No words necessary
Seattle’s instrumental indie rockers Kinski come to the Riff Raff
The best things in life aren’t always planned out.
For example, take the music of Kinski, a quartet based in Seattle that specializes in instrumental rock music. The band’s signature sound is a guitar-heavy aural brew that draws heavily from Krautrock, freeform psychedelia and bits of improv jazz. The result is post-millennial prog rock, if such a thing can exist. Yet the impetus behind the band’s decision to compose and perform music without vocals was never mapped out in great detail. It just kind of happened.
“It was never a planned thing,” says guitarist Chris Martin (the rest of the group is comprised of bassist Lucy Atkinson, drummer Barrett Wilke and second guitarist Matthew Reid-Schwartz). “Our first record, which we put out ourselves in 1999, is a full-length, but it’s only got six songs, three of which had vocals. With our new record, Airs Above Your Station, we’d look at each other as we were working on the songs and say, ‘Man, I don’t hear any vocals here at all.’ It just didn’t seem like there was a place for them anywhere on the album. We tried a couple of things, just sort of hummed some melodies to see if they were gonna work, and it just never did. But I wouldn’t be surprised if the next record had a song or two with vocals. It’s just sort of like if they fit or not. Most of the music I listen to is instrumental. I don’t really listen to a lot of singer-songwriter kind of stuff. So it’s sort of just not the vein that we’re in right now, I guess. But it was never really deliberate.”
The same thing goes for lyrics (or, in Kinski’s case, the lack thereof). “I’ve been the guy who’s written the lyrics when we had them in the past,” says Martin with a chuckle. “But the thing is, I don’t have anything to say. So it’s like, why write lyrics? Why sing?”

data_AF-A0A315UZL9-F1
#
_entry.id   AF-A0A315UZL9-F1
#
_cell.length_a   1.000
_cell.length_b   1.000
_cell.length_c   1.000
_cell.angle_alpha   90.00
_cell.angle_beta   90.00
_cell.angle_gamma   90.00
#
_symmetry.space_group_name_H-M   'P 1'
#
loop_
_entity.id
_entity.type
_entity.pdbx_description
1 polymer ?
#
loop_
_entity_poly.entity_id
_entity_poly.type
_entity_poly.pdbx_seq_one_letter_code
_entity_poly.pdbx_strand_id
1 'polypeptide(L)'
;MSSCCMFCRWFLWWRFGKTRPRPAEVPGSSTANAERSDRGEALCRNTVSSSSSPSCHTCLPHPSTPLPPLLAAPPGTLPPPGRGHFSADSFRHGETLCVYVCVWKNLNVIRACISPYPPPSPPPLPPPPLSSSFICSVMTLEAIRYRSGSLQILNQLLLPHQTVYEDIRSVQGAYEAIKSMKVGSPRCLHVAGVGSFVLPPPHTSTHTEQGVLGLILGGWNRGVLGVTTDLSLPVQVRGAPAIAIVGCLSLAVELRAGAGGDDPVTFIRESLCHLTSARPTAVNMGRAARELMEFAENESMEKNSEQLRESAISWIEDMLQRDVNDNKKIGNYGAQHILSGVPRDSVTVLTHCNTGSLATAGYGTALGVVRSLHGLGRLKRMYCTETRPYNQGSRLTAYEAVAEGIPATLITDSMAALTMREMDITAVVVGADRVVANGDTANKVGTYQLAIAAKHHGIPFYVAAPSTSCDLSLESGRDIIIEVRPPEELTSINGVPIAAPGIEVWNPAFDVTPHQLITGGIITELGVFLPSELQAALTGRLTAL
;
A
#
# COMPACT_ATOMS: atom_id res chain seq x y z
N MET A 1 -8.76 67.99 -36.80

While the members of Kinski may eschew the use of lyrics, they don’t mince words when it comes to choosing titles for their songs. For example, song titles on the new album range from “Schedule for Using Pillows and Beanbags” to “Your Lights Are Out or Burning Badly.”
“We really try to find the right titles for songs now,” remarks Martin. “With our last record we got nailed by reviewers for some of the titles making references to things. [On that album] there’s a song called “Day Dream Intonation,” you know, a little nod to Sonic Youth. Sure, we’ve been influenced by Sonic Youth, but that song doesn’t really sound like them. Yet in review after review people just latched on to that as their little hook. So we were like, ‘Man, let’s not do that again; [let’s not] give people these easy things to jump on.’ Now we just try to come up with titles that fit the songs, but [at the same time] are also sort of esoteric. With this album we tried to make sure that the titles were interesting because, since there are really no lyrics, the title is the only thing that people do have verbally to latch on to.”
As for any significance to the band’s cryptic-sounding album titles (their previous album was called Be Gentle With the Warm Turtle, the one before that SpaceLaunch for Frenchie), Martin laughs at the insinuation. “There’s no heavy significance or anything. It’s just sort of phrases we thought sounded good and kind of fit the record or would evoke a mood or whatever. But there’s no real story behind things.”
While the song and album titles may not have any concrete back-stories to them, the band’s unique name most assuredly does. "It’s just sort of a nod to the ‘70s German stuff that we were into so much musically—I shouldn’t speak for the whole band, but that I was heavily into and still am. It’s sort of just a joke," laughs Martin about their rather cryptic sounding name. "A friend of ours—who wasn’t into the Krautrock thing or the prog thing at all—when we were looking for band names just sort of threw that out there. He said ‘Why don’t you call yourselves the Klaus Kinskis [after the famous German actor]?' We were like, ‘Hmmm, that’s not bad.' And when we wrote ‘Kinski’ down, it kind of looked good on paper. So we were kind of like, ‘Yeah, let’s go with that.'"